School shootings are dramatically on the rise; it’s not a myth, as some will have you believe.  The lame excuses offered for them by some are also not supported by the evidence.  It’s time we listen to a majority of Americans, gun owners and NRA members, and adopt some common sense reforms, before guns are outlawed by people fed up with such shootings as well as the false explanations.

“Schools are not under siege,” writes James Alan Fox with USA Today. “Rather, this more likely reflects a short-term contagion effect in which angry dispirited youngsters are inspired by others whose violent outbursts serve as fodder for national attention. That should subside once we stop obsessing over the risk.”

Lady Liberty shooting herself by Mike LichtI tested this by looking at the number of school shootings from the ten years after the 1994 Crime Bill was passed, which included an assault weapons ban.  During these ten years, there were 28 school shootings leading to 52 deaths and 109 wounded; a quarter of these deaths came from Columbine High School in 1999.  For the ten years after the Assault Weapons Ban lapsed, there were 130 school shootings with 171 deaths and 205 wounded.  Now, it’s up to 184 shootings from 1995 until February of 2018, and shows no sign of letting down, with 241 deaths and 339 injured.  The trend shows no indication of subsiding.  It’s not a “short-term epidemic.”

New NRA Chief Oliver North blamed Ritalin and violent video games for the shooting.  First of all, countries that use more Ritalin than we do (like Iceland) have far fewer shootings.  As for violent video games, North should know, as he played a powerful role as an advisor to Call of Duty II, pressing for the game to be made “more authentic.”

Outspoken Texas Lt. Governor Daniel Patrick suggested that it’s our abortions and violent movies and lack of religion to blame.  But such violent movies, like our video games, are shown around the world, without a corresponding increase abroad in such gun violence.

“A Pew Research Center study found that a little more than half of Americans say religion is very important in their lives,” writes the conservative Chicago Tribune.  “In China, only 3 percent say religion is very important. Japan is only 11 percent. The United Kingdom and Germany are both at 21 percent. In Canada, only 27 percent of people think religion is very important in their lives.  Our level of religiosity is high compared with those countries, but our gun violence problem is off the charts.”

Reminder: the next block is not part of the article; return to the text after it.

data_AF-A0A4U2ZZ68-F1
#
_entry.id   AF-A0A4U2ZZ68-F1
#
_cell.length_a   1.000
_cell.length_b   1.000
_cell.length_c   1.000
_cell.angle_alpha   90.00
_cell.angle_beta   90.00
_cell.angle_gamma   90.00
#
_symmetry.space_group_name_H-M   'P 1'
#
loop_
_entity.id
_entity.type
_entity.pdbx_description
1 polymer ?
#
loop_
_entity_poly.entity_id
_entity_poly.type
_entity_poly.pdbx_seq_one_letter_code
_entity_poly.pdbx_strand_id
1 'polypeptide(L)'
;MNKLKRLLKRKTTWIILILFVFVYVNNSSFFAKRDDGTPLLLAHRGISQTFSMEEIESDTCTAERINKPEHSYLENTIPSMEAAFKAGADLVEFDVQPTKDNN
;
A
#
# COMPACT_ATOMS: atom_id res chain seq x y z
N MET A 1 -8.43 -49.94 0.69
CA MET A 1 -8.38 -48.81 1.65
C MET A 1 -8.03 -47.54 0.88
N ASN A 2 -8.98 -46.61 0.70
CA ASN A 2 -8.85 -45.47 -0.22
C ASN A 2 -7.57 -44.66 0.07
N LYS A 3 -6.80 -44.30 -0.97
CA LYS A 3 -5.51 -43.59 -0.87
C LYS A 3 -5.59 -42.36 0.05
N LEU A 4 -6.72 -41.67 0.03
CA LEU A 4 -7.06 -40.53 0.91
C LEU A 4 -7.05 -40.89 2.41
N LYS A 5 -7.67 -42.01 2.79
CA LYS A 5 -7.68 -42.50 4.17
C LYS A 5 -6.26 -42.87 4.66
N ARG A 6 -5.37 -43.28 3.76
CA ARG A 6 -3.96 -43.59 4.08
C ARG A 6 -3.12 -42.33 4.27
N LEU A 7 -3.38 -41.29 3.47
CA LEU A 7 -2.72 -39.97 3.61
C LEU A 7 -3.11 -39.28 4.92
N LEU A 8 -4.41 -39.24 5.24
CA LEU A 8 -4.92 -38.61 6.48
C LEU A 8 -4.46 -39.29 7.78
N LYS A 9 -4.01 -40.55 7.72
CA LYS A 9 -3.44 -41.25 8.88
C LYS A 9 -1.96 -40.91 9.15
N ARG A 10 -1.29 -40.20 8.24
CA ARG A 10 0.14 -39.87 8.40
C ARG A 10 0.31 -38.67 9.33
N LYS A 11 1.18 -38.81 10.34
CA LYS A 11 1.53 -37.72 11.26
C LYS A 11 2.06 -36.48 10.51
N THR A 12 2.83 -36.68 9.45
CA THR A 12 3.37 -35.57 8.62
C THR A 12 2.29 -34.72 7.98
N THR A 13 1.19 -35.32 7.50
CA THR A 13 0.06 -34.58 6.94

It’s the same story with abortion.  “According to data from a study released this year by the Guttmacher Institute, the number of abortions per 1,000 women ages 15 to 49 in the United States was 13. The rate was the same in the United Kingdom,” (though they had far fewer gun murders),” continues the Chicago Tribune.  “Sweden had a higher abortion rate at 18 per 1,000 women, but there were only 41 people shot to death there last year.”  Nor can we blame mental health, as a U.S. Secret Service study found few shooters with this condition previously diagnosed.  The decline of spanking has been cited as a reason, even though the continued use of spanking by some may be a factor, given how the American Psychological Association has found such punishment associated with “increased aggression, antisocial behavior and mental problems.”

Unless common sense gun restrictions, supported by a strong majority of Americans, gun-owners and even NRA members, are adopted, the problem will continue to grow, creating calls for more extreme regulations, even outright bans of firearms.  Another more effective reform involves stronger consequences for failing to secure one’s weapons (a Class A misdemeanor if a crime is committed with one) and the laughably short prison sentences for straw purchasers like the ones who provided the Columbine shooters with their guns.

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Image: Feature image (Lady Justice shooting herself) Presumption by Mike Licht, NotionsCapital.com (flickr/cc).
John A. Tures

John A. Tures

John A. Tures is an Associate Professor of Political Science at LaGrange College in Georgia.  He writes about international politics, elections, sports, and the War of 1812.